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The Euro could fall to par the Dollar, or rise back to 1.15 says Italian lender UniCredit who see one of two scenarios playing out over coming weeks.
UniCredit says the significant uncertainty across markets means there is now a need to focus on "extreme scenarios" pursued by the European Central Bank (ECB).
The ECB could either:
1) Decide to backpedal on its policy 'normalisation' plans (i.e. move towards raising interest rates) in the face of a full-blown recession in the eurozone.
2) Raise interest rates in order to get inflation back on track.
"In the dovish scenario, the ECB backpedals from its normalization plans to address a full-blown recession across the eurozone even in the face of inflation approaching 10%, while in the hawkish scenario, the ECB becomes restrictive, lifting the deposit rate to 2.0-2.50%," says FX Strategist Roberto Mialich with UniCredit in Milan.
Hints that the ECB is looking to tighten policy were provided by a host of ECB Governing Council members this week who all pointed to the need to raise interest rates before year end.
Most prominent amongst them was ECB Vice President Luis de Guindos who said a rate rise by July could be entertained.
Euro exchange rates rallied in response to an apparent 'hawkish' shift at the ECB.
Under their hawkish scenario, UniCredit sees the ECB pushes the depo rate 100bp beyond the 1.50% peak now priced in by markets over a two-year horizon.
"Regression analysis suggests that the shift induced in the interest rate differential between the ECB deposit rate and the fed funds target rate would be consistent with a EUR-USD rebound back towards 1.15," says Mialich.
But the war in Ukraine continues, posing headwinds to the EU via higher energy prices and a recession in the Eurozone cannot be ruled out should the war and associated sanctions intensify.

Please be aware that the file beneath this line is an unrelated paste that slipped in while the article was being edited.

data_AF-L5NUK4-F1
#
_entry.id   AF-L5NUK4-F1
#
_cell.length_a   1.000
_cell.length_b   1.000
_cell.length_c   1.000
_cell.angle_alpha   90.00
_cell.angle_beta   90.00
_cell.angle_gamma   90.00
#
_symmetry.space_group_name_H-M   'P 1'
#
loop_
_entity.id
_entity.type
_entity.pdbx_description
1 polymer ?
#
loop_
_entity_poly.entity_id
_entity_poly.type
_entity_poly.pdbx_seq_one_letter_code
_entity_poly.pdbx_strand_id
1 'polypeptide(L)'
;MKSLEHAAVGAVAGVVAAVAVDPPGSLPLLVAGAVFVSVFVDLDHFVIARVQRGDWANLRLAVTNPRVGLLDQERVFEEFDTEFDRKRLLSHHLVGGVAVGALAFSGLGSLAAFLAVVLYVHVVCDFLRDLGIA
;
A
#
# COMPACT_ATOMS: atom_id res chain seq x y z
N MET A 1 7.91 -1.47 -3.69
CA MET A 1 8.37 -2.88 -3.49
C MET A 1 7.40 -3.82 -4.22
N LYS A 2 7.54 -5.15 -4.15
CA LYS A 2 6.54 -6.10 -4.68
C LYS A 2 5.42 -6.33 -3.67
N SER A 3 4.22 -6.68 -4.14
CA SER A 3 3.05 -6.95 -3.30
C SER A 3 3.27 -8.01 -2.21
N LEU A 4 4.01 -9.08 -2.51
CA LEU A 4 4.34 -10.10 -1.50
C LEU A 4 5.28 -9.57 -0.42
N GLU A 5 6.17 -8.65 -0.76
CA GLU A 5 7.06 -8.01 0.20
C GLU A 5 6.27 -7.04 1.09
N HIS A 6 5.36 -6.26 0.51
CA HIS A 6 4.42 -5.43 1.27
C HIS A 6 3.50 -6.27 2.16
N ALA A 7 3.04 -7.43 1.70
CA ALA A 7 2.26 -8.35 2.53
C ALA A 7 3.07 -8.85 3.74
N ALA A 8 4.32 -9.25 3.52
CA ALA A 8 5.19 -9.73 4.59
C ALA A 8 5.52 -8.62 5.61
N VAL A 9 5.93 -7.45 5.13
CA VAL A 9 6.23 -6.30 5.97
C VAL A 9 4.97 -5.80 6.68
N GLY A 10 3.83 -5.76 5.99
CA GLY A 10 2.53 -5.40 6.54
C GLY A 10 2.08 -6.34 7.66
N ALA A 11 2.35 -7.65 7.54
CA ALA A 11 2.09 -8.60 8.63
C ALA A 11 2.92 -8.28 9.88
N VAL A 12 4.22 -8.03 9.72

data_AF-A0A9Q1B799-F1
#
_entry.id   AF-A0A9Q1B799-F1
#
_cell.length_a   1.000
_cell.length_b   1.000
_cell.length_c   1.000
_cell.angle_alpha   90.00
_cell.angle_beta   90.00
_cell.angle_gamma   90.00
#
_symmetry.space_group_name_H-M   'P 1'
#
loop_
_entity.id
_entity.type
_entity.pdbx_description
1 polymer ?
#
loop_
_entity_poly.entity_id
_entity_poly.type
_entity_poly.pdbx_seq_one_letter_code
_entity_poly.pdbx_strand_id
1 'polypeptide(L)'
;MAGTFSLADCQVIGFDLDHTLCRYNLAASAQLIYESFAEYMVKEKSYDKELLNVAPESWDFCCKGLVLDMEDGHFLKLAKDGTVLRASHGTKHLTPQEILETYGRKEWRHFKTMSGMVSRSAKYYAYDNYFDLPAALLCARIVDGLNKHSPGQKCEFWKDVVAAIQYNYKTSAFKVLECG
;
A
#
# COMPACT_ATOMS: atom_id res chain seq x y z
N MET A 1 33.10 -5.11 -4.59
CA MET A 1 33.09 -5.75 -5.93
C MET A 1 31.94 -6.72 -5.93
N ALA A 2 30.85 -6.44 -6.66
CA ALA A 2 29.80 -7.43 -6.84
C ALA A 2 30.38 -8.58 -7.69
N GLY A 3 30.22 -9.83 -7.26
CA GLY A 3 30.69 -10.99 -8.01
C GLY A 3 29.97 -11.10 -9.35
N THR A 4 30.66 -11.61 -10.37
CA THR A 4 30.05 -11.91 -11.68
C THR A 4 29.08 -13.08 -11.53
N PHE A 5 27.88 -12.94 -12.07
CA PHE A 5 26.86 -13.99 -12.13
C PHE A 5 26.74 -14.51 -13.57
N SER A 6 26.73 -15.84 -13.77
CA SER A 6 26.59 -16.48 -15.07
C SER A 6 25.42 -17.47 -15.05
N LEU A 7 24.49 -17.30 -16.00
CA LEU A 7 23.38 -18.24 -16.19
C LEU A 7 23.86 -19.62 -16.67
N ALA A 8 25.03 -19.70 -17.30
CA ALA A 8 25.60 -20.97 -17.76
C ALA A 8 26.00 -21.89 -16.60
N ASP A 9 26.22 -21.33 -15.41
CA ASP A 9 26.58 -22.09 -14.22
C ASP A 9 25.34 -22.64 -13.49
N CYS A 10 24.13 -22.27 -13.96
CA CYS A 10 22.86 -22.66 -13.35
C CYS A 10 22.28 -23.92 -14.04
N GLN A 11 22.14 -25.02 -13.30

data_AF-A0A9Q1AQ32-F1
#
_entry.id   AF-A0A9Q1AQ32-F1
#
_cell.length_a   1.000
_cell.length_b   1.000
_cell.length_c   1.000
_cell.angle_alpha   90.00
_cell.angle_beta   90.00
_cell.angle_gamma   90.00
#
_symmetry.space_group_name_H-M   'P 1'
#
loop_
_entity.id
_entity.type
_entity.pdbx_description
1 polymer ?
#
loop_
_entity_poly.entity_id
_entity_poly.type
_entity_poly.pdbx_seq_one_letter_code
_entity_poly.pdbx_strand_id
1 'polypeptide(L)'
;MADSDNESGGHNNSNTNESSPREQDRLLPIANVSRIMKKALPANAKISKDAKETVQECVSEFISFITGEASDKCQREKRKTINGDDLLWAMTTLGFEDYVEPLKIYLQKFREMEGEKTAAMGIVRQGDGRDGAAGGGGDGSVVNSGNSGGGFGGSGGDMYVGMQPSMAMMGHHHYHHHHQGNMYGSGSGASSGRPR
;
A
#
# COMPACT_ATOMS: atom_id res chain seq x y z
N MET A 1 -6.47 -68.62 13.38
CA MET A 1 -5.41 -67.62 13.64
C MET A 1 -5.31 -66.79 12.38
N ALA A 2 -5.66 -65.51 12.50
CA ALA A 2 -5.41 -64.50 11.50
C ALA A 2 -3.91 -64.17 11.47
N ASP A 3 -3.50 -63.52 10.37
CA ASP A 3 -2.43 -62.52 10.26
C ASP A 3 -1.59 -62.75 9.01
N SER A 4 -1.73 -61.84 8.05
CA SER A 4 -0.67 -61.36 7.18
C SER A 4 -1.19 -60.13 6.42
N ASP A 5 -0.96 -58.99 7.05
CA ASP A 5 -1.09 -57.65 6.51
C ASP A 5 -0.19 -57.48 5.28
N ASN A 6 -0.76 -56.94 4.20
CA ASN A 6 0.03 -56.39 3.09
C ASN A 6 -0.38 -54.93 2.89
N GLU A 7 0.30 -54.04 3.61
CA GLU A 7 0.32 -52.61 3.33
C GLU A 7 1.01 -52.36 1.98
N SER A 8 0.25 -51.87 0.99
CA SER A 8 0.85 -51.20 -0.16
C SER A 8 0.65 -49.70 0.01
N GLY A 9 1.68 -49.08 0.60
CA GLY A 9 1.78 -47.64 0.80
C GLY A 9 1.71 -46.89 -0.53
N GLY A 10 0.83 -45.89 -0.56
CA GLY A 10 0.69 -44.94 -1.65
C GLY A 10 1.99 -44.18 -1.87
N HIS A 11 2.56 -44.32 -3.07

"In the dovish scenario, the ECB abandons its plans for policy normalization and might consider an expansion of its asset purchases, thereby depriving the EUR of what has likely slowed the pace of its fall against the USD so far," says Mialich.
"EUR-USD up and down 1.08 as a reflection of swings in the EU and U.S. long-term spread. - UniCredit. Data sources: Bloomberg, UniCredit Research.
"The removal of this brake will likely speed up the pair’s fall towards parity, with 1.05 as an intermediate target," he adds.
The ECB will however be reluctant to entertain such a dramatic fall in the value of the Euro as such a decline would likely push up the cost of energy imports further, exacerbating the Eurozone's woes.
"A likely step-up in the bank’s FX rhetoric will probably steady the pair at the edge of parity. The EUR-USD drop will probably also depend on whether the Fed reduces the intensity of its tightening if the US economic expansion softens too," says Mialich.
We reported Friday that there are signs the ECB's recent hawkish pivot could indicate they are keeping one eye on the currency.
The ECB is trying to "dampen inflation expectations and euro decline," says Nick Kounis, Head of Financial Markets at ABN AMRO, the Dutch based international financial services provider. "A weaker euro pushes up inflation directly by raising import prices."
"A final development that will trigger early ECB action is the decline in the euro," says Kounis, adding:
"This decline could accelerate if the ECB falls too far behind other major central banks in raising interest rates."